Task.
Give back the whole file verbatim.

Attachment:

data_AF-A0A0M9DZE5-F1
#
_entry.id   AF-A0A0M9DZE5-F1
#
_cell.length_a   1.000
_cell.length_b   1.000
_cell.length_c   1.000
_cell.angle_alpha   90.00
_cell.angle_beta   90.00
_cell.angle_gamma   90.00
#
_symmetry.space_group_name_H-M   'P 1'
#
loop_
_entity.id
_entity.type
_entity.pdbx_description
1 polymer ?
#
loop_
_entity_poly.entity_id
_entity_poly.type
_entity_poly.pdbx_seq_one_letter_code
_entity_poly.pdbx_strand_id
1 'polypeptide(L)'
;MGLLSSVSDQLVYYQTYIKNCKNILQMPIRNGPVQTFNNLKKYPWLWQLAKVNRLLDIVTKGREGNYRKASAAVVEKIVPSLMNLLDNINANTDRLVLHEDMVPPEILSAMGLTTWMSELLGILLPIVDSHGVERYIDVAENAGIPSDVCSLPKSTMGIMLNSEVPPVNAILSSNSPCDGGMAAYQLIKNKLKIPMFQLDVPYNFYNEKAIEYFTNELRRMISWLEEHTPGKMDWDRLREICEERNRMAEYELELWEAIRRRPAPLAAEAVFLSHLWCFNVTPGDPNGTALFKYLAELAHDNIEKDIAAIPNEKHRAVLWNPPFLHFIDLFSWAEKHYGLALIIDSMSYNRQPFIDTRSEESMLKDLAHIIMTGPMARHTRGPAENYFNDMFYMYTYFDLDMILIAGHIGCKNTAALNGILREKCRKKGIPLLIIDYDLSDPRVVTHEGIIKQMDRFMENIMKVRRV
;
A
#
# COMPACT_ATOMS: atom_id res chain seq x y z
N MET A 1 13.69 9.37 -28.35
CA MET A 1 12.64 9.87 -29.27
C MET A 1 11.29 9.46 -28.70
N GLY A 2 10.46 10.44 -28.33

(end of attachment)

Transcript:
data_AF-A0A0M9DZE5-F1
#
_entry.id   AF-A0A0M9DZE5-F1
#
_cell.length_a   1.000
_cell.length_b   1.000
_cell.length_c   1.000
_cell.angle_alpha   90.00
_cell.angle_beta   90.00
_cell.angle_gamma   90.00
#
_symmetry.space_group_name_H-M   'P 1'
#
loop_
_entity.id
_entity.type
_entity.pdbx_description
1 polymer ?
#
loop_
_entity_poly.entity_id
_entity_poly.type
_entity_poly.pdbx_seq_one_letter_code
_entity_poly.pdbx_strand_id
1 'polypeptide(L)'
;MGLLSSVSDQLVYYQTYIKNCKNILQMPIRNGPVQTFNNLKKYPWLWQLAKVNRLLDIVTKGREGNYRKASAAVVEKIVPSLMNLLDNINANTDRLVLHEDMVPPEILSAMGLTTWMSELLGILLPIVDSHGVERYIDVAENAGIPSDVCSLPKSTMGIMLNSEVPPVNAILSSNSPCDGGMAAYQLIKNKLKIPMFQLDVPYNFYNEKAIEYFTNELRRMISWLEEHTPGKMDWDRLREICEERNRMAEYELELWEAIRRRPAPLAAEAVFLSHLWCFNVTPGDPNGTALFKYLAELAHDNIEKDIAAIPNEKHRAVLWNPPFLHFIDLFSWAEKHYGLALIIDSMSYNRQPFIDTRSEESMLKDLAHIIMTGPMARHTRGPAENYFNDMFYMYTYFDLDMILIAGHIGCKNTAALNGILREKCRKKGIPLLIIDYDLSDPRVVTHEGIIKQMDRFMENIMKVRRV
;
A
#
# COMPACT_ATOMS: atom_id res chain seq x y z
N MET A 1 13.69 9.37 -28.35
CA MET A 1 12.64 9.87 -29.27
C MET A 1 11.29 9.46 -28.70
N GLY A 2 10.46 10.44 -28.33